#2 posted 07-13-2007 11:20 AM

I’m with Karson on the absolute utility of this wonderful product. It’s the bomb.

As to the spraying, you can get in for less than the price of a good router (HVLP conversion gun and a small compressor). Since I do mainly small boxes, I use a small pancake compressor used to drive a brad gun (Porter Cable). If you don’t run it full time it will handle bigger projects. I sprayed thinned outdoor enamel paint and refinished the wife’s iron patio furniture with mine (good justification if you need wifely support on the purchase).

There are many ways to get a good finish. Spraying is a great way to get a good finish fast. And the widening availability of waterborne products makes it safe and you don’t need a booth and an explosion proof fan etc. to spray in the garage workshop. Although the bookcase may not be the project for this as it is already in the works, I urge you to do some reading and mull over the possibilities that become available with a HVLP conversion or turbine gun. Jeff Jewitt and Andy Charron have some good books on the subject.

-- "Bordnerizing" perfectly good lumber for over a decade.

View Bill's profile


2579 posts in 4360 days

#3 posted 07-13-2007 03:17 PM

Great information Karson and Doug. I have not used a sanding sealer before. Somewhere I read that you can just allow the first coat of your finish to be your sealer. Just apply it, lightly sand if needed, and then go from there. So far it works for me, but I have not been doing any french polishing like you Karson.

-- Bill, Turlock California,

View furnitologist's profile


198 posts in 4211 days

#4 posted 07-17-2007 05:17 PM


To add to K – D & B…....sanding sealer is one of those wood working topics that creates very strong opinions. Lacquer based Sanding sealer doesn’t create the best bond….blah-blah-blah. The topic always creates too much information.

If you are in a production environment (100’s of units) lacquer based sanding sealer is the way to go with a lacquer top coat. The key is ease of sanding and will seal end grain prior to staining…...specific example would be the end-grain tops of turned bed-posts. This prevents the bed-post tops from being darker than the total Headboard. If your using lacquer as your top coat in the home shop, as Bill says, just allow your first coat to seal and give it a good scuff sanding.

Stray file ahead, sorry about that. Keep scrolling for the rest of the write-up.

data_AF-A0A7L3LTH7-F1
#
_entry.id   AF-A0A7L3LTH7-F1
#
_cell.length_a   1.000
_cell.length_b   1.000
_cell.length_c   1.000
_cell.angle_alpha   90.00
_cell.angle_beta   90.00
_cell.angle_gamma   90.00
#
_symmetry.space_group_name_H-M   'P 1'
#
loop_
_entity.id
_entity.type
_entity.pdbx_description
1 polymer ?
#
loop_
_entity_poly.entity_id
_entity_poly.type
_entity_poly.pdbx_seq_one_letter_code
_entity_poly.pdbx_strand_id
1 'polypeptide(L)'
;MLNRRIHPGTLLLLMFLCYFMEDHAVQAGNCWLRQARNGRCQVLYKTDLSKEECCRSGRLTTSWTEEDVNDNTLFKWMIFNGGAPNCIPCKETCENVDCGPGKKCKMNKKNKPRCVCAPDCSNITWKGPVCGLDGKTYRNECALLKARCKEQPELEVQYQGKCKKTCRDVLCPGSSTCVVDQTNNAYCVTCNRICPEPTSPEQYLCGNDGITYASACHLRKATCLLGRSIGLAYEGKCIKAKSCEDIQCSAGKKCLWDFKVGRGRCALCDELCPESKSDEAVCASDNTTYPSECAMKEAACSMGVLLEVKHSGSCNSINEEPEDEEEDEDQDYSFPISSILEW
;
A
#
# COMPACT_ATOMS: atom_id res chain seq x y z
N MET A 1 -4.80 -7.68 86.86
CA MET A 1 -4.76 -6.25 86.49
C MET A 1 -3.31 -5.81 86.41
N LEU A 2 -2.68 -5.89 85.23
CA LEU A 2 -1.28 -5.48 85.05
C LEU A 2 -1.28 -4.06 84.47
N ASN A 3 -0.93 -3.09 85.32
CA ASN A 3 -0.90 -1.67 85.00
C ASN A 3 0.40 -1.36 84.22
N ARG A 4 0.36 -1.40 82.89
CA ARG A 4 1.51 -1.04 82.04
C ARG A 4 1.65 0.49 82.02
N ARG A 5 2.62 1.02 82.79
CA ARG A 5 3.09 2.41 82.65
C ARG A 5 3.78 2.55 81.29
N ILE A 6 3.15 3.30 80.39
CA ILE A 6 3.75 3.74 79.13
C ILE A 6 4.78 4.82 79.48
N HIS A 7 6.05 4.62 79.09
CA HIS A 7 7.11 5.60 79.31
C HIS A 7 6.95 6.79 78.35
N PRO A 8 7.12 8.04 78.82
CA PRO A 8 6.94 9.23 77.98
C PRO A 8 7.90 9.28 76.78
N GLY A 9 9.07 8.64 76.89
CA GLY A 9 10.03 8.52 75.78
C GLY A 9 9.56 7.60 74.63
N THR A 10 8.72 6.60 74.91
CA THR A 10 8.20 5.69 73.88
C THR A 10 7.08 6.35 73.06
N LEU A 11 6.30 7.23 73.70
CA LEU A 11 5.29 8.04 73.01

For the home shop; sealing with anywhere from a 1 to 2# cut de-waxed shellac as described by Karson above is the way to go. From a de-waxed shellac base, your final finishing options still remain open.


View Karson's profile


35147 posts in 4599 days

#5 posted 07-17-2007 07:12 PM

Thanks Neil for your insight on Lacquer sanding sealer.

-- I've been blessed with a father who liked to tinker in wood, and a wife who lets me tinker in wood. Appomattox Virginia †

View Bob Babcock's profile

Bob Babcock

1809 posts in 4285 days

#6 posted 07-20-2007 05:43 AM

Very good info guys. This is so valuable. A good finish makes or breaks a piece and my knowledge is so poor you could type for a week and I’d stiil be finding out new things. I just followed what seemed to be the concensus on my chair. What about the use of oils? I put two coats of watco on then finished with shellac. I also poly’ed the arms. Does the use of the shellac on oil still harden the fibers the same way?

-- Bob